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Growth in Export of Power Generation Equipment
Energy

Growth in Export of Power Generation Equipment

Export of electricity equipment constituted one percent of Iran's overall exports in the past 10 years, director of the office for promotion of exports at the Trade Promotion Organization of Iran (TPO) said on Thursday, ILNA reported.
Mahmoud Bazari said export of power generation equipment saw an 11 percent increase in the March-January period compared to the same period last year, generating nearly $250 million.
He stressed on the country's huge potential to increase power output with the help of new thermal and hydroelectric plants along with plants that feed on renewable energy.
The official highlighted access to the latest technology, inexpensive resources and efficient human resources as advantages of the electricity market. Iran ranks first in the Middle East in terms of power generation and 14th when it comes installed capacity of 72,000 MW.
It is the largest exporter and importer of electricity in the Middle East and exports power to five nations, namely Armenia, Pakistan, Turkey, Iraq, and Afghanistan.
According to a report by Mehr news agency on Thursday, Iran exported 1095 MW electricity to the five neighbors and imported 360 MW from Armenia and Turkmenistan over the past week.
The managing director of Tous Gas Power Plant in Khorasan Razavi Province said his plant produced 3.7 billion kilowatt of electricity in the past 11 months, nearly 12 percent more than the same period last year.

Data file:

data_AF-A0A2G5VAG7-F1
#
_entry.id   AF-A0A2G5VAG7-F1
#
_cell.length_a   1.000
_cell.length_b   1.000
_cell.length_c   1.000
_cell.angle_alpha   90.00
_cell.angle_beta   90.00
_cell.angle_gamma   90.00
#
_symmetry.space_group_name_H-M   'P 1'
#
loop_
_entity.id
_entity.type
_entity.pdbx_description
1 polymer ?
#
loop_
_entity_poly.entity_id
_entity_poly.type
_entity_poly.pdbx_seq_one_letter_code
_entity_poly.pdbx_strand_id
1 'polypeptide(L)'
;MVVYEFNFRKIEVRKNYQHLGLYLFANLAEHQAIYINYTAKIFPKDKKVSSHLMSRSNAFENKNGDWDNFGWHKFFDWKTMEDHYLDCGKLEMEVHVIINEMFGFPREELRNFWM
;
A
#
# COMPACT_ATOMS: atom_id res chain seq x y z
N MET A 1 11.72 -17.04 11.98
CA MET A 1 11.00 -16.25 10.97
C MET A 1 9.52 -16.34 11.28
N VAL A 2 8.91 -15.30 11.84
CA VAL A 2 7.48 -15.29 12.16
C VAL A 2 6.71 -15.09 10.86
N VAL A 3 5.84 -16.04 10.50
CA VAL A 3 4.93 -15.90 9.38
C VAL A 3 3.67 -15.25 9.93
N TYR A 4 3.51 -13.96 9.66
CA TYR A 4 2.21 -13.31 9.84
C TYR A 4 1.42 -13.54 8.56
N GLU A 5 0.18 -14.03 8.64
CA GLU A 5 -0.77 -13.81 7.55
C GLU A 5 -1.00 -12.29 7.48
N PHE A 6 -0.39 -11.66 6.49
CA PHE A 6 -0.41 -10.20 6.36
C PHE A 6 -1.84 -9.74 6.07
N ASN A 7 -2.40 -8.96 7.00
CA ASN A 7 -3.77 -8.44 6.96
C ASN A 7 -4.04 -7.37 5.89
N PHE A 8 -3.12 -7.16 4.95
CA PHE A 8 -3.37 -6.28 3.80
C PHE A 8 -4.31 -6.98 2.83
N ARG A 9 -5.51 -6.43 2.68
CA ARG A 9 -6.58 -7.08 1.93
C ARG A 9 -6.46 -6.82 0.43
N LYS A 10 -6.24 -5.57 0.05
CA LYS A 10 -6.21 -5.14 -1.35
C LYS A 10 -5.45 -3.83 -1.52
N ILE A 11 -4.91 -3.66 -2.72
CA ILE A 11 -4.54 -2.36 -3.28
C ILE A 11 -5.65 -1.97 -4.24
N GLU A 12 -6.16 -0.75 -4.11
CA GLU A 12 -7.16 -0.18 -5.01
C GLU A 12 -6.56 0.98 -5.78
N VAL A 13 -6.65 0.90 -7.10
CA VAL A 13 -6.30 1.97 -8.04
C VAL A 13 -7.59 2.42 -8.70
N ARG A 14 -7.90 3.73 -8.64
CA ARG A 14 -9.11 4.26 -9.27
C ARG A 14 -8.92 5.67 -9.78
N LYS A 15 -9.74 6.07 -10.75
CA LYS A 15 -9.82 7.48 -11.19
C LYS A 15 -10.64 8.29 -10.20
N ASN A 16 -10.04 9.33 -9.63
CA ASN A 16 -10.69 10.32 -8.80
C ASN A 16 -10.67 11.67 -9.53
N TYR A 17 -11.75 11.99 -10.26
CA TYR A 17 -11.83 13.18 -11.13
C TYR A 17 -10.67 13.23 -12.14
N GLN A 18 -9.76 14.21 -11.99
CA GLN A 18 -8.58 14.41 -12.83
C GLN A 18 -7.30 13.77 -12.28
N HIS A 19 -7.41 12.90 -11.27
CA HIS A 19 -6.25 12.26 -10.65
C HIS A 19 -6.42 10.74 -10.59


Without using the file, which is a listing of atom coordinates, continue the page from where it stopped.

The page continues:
Mohammad Nemati said Tous is the third biggest power plant in Ian, supplying electricity to Khorasan Razavi, Golestan and Sistan and Baluchestan provinces.

  High Consumption
Ten percent decrease in power consumption would translate into $5.8 billion saving, a deputy at the Basij (volunteer) organization said Thursday.
Mohammad Amirkhani called for judicious consumption of electricity and said Iranians on average face 700 minutes of power outage annually, while the figure in the developed world is barely ten minutes. He said power consumption reached 50,000 MW in the outgoing Iranian calendar year (ends March 20), but would surpass 52,000 MW during peak demand. He recalled that 85 percent of power plants across the use fossil fuels to generate electricity.
Setting up new power plants and import of electricity are major means of meeting next year's demand, the official said, adding that negotiations are underway for the import of 500 MW electricity from the neighboring Republic of Azerbaijan.

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